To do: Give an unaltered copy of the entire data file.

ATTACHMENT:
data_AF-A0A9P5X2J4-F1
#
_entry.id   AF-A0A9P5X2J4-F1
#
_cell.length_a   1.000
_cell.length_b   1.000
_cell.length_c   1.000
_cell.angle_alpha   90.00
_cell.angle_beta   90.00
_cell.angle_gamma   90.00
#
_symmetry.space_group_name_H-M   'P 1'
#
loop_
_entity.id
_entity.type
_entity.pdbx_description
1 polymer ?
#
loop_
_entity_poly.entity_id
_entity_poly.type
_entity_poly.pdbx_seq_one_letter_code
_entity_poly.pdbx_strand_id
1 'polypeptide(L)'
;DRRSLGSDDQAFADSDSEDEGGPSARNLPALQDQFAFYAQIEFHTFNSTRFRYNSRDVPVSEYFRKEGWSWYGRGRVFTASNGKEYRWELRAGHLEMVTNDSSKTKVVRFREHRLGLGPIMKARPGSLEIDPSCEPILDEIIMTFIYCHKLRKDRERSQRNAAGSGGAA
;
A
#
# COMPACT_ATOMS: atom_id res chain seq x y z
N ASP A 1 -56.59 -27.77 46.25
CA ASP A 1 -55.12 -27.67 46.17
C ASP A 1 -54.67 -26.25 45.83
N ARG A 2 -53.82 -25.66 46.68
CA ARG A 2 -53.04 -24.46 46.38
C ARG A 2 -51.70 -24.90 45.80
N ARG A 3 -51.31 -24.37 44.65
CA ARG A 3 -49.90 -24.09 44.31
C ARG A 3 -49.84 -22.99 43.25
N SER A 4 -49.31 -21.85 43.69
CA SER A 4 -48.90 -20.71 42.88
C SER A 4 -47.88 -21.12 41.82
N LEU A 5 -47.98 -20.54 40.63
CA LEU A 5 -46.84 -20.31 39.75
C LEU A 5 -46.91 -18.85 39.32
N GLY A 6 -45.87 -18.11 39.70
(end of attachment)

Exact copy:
data_AF-A0A9P5X2J4-F1
#
_entry.id   AF-A0A9P5X2J4-F1
#
_cell.length_a   1.000
_cell.length_b   1.000
_cell.length_c   1.000
_cell.angle_alpha   90.00
_cell.angle_beta   90.00
_cell.angle_gamma   90.00
#
_symmetry.space_group_name_H-M   'P 1'
#
loop_
_entity.id
_entity.type
_entity.pdbx_description
1 polymer ?
#
loop_
_entity_poly.entity_id
_entity_poly.type
_entity_poly.pdbx_seq_one_letter_code
_entity_poly.pdbx_strand_id
1 'polypeptide(L)'
;DRRSLGSDDQAFADSDSEDEGGPSARNLPALQDQFAFYAQIEFHTFNSTRFRYNSRDVPVSEYFRKEGWSWYGRGRVFTASNGKEYRWELRAGHLEMVTNDSSKTKVVRFREHRLGLGPIMKARPGSLEIDPSCEPILDEIIMTFIYCHKLRKDRERSQRNAAGSGGAA
;
A
#
# COMPACT_ATOMS: atom_id res chain seq x y z
N ASP A 1 -56.59 -27.77 46.25
CA ASP A 1 -55.12 -27.67 46.17
C ASP A 1 -54.67 -26.25 45.83
N ARG A 2 -53.82 -25.66 46.68
CA ARG A 2 -53.04 -24.46 46.38
C ARG A 2 -51.70 -24.90 45.80
N ARG A 3 -51.31 -24.37 44.65
CA ARG A 3 -49.90 -24.09 44.31
C ARG A 3 -49.84 -22.99 43.25
N SER A 4 -49.31 -21.85 43.69
CA SER A 4 -48.90 -20.71 42.88
C SER A 4 -47.88 -21.12 41.82
N LEU A 5 -47.98 -20.54 40.63
CA LEU A 5 -46.84 -20.31 39.75
C LEU A 5 -46.91 -18.85 39.32
N GLY A 6 -45.87 -18.11 39.70